Jase Graves: Do the Charleston, if you have the courage
It’s time for another episode of “Places You Should Go Before You Can Say a Presidential Order Document from One of Your White House German Shepherd Training Blocks!” Yes, recently my wife and three teenage daughters took a week-long family trip to Charleston, SC – also known as “The City Where Every Meal Will Set You Back At Least Two C-Notes.”
Because we love to turn our buns into geologic formations, we hiked the entire 14 hour trip from east Texas to downtown Charleston, stopping only occasionally to sample the delicacies of various wet rooms. from the south, usually at rural gas stations, tempting us with boiled peanuts and pickles. in a bag.
Similar to nearby Savannah, Georgia, where we dislocated our vacation credit a few years ago, we’ve noticed that almost everything in Charleston is extremely historic, which means it costs a lot of money to see, and that there is usually a gift shop that sells souvenir fridge magnets. In fact, on our arrival, we immediately transferred some of the change to a travel agent who transported us to the city in a historic-looking wagon behind the scent hindquarters of a Belgian draft horse as the guide showed us the historic detached houses facing sideways. with their big squares – and other historical stuff.
Because we still didn’t have enough historicity, we spent a few more hours (and a hundred dollars) on a guided walking tour through cobblestone streets and through historic alleys where the rear of the horse does. don’t come home.
The historic highlight of our trip was an escapade aboard the Spirit of the Lowcountry through Charleston Harbor to the legendary Fort Sumter. For about the price of one of my daughters’ prom dresses, your family can walk across the harbor and occasionally watch from their cellphones to see the majestic Arthur Ravenel Jr. Bridge, Pinckney Castle, and finally Fort Sumter – where the first one. Civil war shots were fired. While the tour of the fort itself was educational and emotional, the cruise back to Liberty Square included the bonus of a pod of dolphins running a few inches from where we were on the lower deck at the front of the boat – and the dolphins didn’t. t even charge extra.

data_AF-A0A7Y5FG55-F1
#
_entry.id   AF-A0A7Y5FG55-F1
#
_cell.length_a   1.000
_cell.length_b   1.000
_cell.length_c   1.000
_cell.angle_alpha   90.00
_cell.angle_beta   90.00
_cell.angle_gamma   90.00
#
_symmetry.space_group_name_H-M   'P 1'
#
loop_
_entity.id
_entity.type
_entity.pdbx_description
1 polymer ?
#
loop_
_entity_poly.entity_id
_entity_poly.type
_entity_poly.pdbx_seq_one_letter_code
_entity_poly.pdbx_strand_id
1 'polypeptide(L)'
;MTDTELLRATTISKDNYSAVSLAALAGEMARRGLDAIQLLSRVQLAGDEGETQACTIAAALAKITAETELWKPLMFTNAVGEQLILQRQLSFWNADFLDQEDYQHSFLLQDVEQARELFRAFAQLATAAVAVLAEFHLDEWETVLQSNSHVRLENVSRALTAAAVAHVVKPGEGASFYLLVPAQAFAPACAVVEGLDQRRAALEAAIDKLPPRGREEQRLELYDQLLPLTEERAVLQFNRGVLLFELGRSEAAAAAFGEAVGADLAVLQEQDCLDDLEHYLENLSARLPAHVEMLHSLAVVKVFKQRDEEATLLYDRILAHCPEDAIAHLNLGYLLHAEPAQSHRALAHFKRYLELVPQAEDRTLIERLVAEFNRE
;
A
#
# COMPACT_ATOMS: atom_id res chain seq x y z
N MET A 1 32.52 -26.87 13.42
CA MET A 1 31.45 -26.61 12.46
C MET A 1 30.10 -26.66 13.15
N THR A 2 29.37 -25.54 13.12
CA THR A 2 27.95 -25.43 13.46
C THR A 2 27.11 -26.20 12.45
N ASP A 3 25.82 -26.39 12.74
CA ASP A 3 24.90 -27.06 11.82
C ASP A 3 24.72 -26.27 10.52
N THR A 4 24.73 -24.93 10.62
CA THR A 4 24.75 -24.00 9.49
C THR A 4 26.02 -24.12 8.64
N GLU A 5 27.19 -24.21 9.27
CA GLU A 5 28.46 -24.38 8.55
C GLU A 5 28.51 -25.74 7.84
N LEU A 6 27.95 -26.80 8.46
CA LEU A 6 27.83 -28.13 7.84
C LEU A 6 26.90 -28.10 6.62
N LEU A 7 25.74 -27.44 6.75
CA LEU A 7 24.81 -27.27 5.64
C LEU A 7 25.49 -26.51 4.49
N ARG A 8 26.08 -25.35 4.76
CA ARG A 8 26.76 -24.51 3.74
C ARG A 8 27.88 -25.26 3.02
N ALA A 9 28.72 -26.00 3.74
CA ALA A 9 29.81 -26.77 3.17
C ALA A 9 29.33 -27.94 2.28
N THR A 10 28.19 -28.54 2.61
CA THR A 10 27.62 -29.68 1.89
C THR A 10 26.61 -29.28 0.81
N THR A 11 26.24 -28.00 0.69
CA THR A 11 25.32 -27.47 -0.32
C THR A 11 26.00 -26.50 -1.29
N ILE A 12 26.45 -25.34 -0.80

After each of these tours, we felt ourselves damn historic – and hungry – even hungry enough to eat something like shrimp and grits. And to be honest, seeing the historical aspects of Charleston was definitely something to do between meals. Devouring large amounts of Lowcountry food took up most of our itinerary.
We’ve broken the bank (and our belts) at restaurants like Poogan’s Porch, Millers All Day, Toast! All day long, Rodney Scott’s Fleet Landing and Whole Hog BBQ where we sampled some of the most delicious carbs and saturated fats we’ve had since leaving home. And, yes, Charleston restaurants can even make a dish like shrimp and oatmeal edible, and crab soup doesn’t sound dangerous.
Our trip to Charleston was a truly wonderful experience and I encourage you to plan a visit as soon as you get the chance (or win the lottery). Our three daughters even enjoyed it, with the exception of walking, climbing stairs, and other activities that require physical movement.
Besides enjoying the food to the fullest, we’ve learned a lot about the history of this charming city and its importance in shaping our country’s heritage – and we’ve got the fridge magnets to prove it.
Jase Graves is an award-winning East Texas humor columnist. His articles have appeared in Texas Escapes Magazine, The Shreveport Times, The Longview News Journal, and The Kilgore News Herald. Contact Graves at [emailÂ protected]